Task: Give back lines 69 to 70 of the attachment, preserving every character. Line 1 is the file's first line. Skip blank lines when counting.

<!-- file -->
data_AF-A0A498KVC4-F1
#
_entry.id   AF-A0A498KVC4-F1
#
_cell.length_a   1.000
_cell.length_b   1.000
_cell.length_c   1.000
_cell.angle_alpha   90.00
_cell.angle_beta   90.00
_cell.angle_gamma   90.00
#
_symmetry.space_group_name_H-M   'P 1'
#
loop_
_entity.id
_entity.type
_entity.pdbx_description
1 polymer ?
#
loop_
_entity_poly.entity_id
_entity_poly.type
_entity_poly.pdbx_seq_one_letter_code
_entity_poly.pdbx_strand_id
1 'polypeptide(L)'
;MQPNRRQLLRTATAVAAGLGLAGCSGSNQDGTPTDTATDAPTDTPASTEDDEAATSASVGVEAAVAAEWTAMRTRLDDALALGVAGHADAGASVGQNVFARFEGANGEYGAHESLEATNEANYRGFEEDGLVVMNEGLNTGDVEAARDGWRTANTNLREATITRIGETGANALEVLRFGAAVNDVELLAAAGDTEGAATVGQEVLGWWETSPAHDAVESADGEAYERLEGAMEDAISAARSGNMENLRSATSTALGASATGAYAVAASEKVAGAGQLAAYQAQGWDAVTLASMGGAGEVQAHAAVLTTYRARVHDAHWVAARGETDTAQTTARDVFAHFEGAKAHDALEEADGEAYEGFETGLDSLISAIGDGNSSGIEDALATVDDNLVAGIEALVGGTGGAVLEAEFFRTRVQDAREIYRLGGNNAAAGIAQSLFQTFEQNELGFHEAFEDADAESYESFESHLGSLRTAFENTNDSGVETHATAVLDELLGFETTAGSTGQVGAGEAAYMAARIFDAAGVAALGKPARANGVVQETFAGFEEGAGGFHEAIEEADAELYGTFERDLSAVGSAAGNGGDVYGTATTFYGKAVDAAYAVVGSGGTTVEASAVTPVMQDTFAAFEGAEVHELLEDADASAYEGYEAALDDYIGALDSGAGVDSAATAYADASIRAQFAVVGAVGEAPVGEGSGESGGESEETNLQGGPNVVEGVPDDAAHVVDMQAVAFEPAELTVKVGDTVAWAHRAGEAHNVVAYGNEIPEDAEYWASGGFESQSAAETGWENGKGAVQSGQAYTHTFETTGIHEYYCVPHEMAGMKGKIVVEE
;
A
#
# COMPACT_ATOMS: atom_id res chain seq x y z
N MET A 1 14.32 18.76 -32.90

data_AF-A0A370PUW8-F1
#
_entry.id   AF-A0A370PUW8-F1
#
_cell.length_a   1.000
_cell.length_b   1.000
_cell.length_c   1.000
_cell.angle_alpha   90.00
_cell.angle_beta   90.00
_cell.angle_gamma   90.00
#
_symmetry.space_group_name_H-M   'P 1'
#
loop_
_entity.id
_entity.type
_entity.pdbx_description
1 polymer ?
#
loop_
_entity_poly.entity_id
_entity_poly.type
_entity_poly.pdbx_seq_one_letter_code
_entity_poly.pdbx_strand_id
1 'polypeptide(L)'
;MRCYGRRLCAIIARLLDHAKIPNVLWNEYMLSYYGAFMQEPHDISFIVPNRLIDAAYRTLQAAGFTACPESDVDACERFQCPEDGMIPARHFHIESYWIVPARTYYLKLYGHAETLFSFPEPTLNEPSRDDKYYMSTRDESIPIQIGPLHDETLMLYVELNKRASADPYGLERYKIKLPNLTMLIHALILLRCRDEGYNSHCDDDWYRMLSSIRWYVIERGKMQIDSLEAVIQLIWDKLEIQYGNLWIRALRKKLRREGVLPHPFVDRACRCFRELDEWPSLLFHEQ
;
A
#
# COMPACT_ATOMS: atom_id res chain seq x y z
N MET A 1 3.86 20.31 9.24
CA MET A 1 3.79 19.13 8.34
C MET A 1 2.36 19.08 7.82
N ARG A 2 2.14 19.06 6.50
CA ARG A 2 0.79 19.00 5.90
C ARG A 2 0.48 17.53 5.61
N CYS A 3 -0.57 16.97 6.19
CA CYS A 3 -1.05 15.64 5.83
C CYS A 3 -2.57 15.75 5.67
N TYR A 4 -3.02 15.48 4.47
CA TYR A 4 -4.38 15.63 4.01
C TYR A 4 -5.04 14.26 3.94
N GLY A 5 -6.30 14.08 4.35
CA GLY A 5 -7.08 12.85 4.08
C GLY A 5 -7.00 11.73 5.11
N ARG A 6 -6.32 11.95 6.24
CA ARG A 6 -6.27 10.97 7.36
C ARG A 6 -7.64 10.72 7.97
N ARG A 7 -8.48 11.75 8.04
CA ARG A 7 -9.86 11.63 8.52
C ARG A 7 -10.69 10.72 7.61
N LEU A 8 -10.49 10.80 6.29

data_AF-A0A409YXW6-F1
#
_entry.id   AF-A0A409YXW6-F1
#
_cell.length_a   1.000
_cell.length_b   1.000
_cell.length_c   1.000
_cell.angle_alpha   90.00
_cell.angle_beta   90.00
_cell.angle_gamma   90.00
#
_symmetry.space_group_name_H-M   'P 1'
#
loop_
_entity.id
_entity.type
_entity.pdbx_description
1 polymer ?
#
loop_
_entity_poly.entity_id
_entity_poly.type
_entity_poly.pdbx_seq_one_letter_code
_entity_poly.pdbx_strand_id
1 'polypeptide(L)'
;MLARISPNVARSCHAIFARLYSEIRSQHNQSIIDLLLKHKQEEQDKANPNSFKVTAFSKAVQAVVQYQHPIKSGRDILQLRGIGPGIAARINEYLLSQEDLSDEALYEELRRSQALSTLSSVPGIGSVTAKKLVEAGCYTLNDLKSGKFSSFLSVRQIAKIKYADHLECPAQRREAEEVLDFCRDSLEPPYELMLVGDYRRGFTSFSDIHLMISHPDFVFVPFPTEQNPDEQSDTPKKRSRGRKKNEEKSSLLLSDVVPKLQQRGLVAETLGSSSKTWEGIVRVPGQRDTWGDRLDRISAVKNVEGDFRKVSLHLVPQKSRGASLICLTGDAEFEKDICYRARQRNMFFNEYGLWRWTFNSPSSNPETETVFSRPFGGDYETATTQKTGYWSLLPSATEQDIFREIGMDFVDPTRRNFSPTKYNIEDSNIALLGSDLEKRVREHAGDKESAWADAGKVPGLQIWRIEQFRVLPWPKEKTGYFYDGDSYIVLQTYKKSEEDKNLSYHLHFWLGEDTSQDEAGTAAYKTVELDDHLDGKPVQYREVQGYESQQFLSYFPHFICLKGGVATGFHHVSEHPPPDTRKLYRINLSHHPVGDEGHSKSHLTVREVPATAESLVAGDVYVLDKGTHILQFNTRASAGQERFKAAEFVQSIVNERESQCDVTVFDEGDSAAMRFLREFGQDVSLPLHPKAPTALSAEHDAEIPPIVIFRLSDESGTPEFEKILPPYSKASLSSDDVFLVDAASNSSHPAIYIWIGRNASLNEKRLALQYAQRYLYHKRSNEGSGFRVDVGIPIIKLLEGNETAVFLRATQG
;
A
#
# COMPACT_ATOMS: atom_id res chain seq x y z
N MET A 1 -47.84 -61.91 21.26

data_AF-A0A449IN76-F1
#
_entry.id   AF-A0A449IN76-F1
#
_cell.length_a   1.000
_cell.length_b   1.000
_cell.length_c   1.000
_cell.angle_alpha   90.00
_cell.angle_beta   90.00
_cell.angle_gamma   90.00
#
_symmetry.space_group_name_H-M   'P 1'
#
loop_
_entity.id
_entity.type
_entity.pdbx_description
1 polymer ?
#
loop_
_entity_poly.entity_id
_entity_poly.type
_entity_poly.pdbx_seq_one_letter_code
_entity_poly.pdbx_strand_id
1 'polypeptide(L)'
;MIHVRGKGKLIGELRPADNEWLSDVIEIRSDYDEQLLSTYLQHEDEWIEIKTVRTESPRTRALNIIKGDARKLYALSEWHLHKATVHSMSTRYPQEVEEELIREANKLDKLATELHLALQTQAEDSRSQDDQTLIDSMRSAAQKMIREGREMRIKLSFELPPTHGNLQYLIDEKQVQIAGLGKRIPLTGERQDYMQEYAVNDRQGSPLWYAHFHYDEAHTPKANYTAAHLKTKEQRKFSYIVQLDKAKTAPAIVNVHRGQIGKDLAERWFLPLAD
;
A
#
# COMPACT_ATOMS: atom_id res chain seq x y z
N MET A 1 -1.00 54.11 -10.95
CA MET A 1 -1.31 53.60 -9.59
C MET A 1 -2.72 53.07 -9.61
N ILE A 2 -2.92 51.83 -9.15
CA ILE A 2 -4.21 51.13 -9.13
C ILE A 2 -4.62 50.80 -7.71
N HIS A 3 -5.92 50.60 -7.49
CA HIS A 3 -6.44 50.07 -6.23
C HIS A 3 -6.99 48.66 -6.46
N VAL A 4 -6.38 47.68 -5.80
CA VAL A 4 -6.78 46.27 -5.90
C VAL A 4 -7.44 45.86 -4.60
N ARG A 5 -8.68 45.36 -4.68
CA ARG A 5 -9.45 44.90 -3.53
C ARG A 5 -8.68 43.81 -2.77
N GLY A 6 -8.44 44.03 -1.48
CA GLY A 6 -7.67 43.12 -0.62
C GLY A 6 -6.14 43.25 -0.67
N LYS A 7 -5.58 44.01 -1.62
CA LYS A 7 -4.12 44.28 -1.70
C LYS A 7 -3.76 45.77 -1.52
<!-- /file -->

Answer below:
CA CYS A 3 -1.05 15.64 5.83
C CYS A 3 -2.57 15.75 5.67